I wish Faínor were here. He would know what to say…he was always an inspiring leader. Just being in the same room as him made your heart swell with courage and pride. Everything from his stature to his manner of speaking commanded respect. He should be the one here today…not me.

Nonetheless, it is me. I am the sole inheritor of House Martel and the lands of Ravinia. It seems so much like a cruel joke. I was never meant to rule. Faínor was the Heir, Corrin was the General. Sylvana was the Ambassador. Me? I was the embarrassment. The trouble-maker. I would do anything to take it all back, to study harder or train more. I would give anything to hug my brothers one last time…

As I write this, I feel a resolve unlike any other, pushing back against my overflowing self-doubt. It tells me to make my family proud. It whispers that I must train harder and watch my words with great care, knowing the dangerous game I am soon to embark on. If I have any hope of reclaiming my titles, I must garner respect like Faínor once did. I must command armies with the enthusiasm and confidence of Corrin. And I must learn to speak with all the easy elegance of Sylvana. Without their lessons, there is no hope for me.

How can I inspire thousands to our cause when I cannot even gain the respect of my friends?

They do not understand the weight I bear. They do not understand the depths of my pain. They cannot. I am a noble of Arcadia—that does not just mean I live in a manor and plan balls all day. I have responsibilities to the common people far beyond what any ordinary citizen could understand.

I remember my grand-father’s execution, though I was just a child when it happened. In public, Father called him a foolhardy idealist; behind closed doors, he told me that he died to spare the people of Ravinia from the King’s wrath. Archades had an army amassed at the border. Had my grand-father not relented and given himself up, Ravinia would have gone to war and countless innocents would have died.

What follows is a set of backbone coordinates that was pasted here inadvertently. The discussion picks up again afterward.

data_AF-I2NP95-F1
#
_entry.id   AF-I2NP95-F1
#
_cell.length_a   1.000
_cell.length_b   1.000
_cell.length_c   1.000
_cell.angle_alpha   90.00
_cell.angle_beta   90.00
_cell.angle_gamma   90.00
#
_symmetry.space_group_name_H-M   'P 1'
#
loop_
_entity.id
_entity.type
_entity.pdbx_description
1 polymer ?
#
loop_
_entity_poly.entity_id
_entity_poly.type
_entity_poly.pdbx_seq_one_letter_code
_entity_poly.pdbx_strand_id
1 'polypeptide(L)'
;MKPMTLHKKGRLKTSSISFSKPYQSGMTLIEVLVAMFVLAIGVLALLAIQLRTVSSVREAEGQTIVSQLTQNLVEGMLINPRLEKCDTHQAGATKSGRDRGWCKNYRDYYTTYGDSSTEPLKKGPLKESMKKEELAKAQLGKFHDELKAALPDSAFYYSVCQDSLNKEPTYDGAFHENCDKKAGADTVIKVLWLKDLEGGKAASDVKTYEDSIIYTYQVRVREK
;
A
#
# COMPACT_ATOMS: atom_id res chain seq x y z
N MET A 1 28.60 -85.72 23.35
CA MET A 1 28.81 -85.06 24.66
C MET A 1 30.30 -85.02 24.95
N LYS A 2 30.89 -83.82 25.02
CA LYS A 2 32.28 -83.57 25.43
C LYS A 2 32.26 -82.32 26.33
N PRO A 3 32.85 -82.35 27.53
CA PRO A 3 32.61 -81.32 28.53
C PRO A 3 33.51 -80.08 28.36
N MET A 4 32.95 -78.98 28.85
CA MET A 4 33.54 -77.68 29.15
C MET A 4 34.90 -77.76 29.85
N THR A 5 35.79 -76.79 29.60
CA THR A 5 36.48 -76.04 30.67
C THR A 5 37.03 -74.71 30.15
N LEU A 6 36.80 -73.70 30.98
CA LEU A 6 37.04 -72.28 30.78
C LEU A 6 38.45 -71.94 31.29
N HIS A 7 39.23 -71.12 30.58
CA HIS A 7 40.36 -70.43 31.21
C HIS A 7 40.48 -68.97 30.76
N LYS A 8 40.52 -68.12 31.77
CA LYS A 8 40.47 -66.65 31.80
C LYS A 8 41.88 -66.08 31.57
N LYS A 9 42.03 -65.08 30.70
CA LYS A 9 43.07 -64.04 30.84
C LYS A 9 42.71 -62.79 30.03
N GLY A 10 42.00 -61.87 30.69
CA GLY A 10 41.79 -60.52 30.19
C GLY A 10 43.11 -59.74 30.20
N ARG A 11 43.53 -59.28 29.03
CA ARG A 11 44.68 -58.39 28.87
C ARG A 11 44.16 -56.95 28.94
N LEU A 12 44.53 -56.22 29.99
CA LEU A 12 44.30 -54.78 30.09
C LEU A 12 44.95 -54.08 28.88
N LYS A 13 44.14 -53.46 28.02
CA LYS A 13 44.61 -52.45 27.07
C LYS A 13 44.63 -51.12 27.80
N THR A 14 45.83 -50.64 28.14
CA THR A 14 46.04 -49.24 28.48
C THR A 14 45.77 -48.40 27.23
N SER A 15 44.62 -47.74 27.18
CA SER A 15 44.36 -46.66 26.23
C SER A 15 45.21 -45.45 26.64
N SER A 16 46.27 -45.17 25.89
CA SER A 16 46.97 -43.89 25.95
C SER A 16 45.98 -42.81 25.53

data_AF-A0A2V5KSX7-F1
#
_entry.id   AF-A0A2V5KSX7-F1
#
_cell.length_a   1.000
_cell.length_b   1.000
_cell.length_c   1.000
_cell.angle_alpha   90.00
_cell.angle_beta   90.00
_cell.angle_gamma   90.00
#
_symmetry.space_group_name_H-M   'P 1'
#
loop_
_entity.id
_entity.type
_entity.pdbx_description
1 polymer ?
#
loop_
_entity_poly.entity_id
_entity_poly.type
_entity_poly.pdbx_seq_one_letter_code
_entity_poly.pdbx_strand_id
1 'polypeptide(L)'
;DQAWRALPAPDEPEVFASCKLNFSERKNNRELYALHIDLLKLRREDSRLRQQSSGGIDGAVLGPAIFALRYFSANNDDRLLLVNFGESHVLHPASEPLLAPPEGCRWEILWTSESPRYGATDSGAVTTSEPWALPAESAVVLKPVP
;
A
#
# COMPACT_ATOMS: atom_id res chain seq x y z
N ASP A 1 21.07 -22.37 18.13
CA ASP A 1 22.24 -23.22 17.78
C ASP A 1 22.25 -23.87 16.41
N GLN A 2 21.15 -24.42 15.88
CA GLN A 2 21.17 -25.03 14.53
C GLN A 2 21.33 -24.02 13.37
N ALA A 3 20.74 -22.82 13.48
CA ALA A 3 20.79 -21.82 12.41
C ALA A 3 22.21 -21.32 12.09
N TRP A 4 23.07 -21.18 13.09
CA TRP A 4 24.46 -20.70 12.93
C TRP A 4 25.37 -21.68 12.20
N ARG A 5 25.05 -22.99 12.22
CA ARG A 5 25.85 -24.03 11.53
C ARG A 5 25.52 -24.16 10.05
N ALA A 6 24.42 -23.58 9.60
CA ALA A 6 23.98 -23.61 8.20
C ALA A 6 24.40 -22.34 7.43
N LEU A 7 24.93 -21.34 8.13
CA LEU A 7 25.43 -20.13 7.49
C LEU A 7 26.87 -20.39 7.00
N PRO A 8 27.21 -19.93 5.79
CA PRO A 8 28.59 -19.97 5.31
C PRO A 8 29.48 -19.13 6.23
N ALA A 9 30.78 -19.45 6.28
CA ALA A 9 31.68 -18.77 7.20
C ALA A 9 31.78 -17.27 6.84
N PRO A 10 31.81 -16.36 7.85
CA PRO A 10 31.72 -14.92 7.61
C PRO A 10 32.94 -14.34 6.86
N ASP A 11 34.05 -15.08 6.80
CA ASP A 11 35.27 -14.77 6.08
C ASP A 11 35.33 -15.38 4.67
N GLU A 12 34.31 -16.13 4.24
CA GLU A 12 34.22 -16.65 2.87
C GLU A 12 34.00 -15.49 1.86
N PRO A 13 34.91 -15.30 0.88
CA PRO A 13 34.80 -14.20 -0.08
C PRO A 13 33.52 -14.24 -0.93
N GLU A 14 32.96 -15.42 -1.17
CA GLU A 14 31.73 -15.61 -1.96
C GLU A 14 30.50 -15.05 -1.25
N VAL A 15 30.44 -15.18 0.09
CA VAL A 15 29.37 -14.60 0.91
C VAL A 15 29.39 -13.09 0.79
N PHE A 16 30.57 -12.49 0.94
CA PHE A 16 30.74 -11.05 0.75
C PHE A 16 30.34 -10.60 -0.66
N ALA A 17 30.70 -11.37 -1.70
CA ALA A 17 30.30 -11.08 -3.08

That is what it means to be a noble. It means making sacrifices so others do not have to. It means putting the needs of your people beyond your own. It means taking the fall to spare others punishment. It is a weight every noble must bear and it is one they must do alone. Like my father and his father before him, I, too, will bear that weight. It is why I took the Arch Stone. It is my sworn duty to the people of Ravinia to keep them safe and if anything should go wrong—if the Stone should be lost—it should be my price to pay. That is not their responsibility.

In Azmin, I was overwhelmed by grief. I let it consume me. I did not consider the impact of my words and actions and—shamefully—I did not act the part of a Noblewoman. Now, that part of me is gone, drowned forever in sorrow and despair. The second we landed in Mara, I realized I had to change. My melancholy was replaced with a white-hot rage, threatening to boil over. How frustrating—to be home and not be strong enough to right any of the wrongs here. I failed the people of Mara. I cannot fail again. I will do whatever it takes to become more powerful.

As I write this, the crew is celebrating our victory over the magnificent dragon of the volcano. I see no cause for celebration. Dragons are child’s play compared to what we are to face in the coming months. If we have any hope of accomplishing our goals, we must become stronger. I must become stronger.

No one else will die due to my weakness.

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I Need to Get These Thoughts on Paper So They Stop Buzzing Around in My Brain
Flint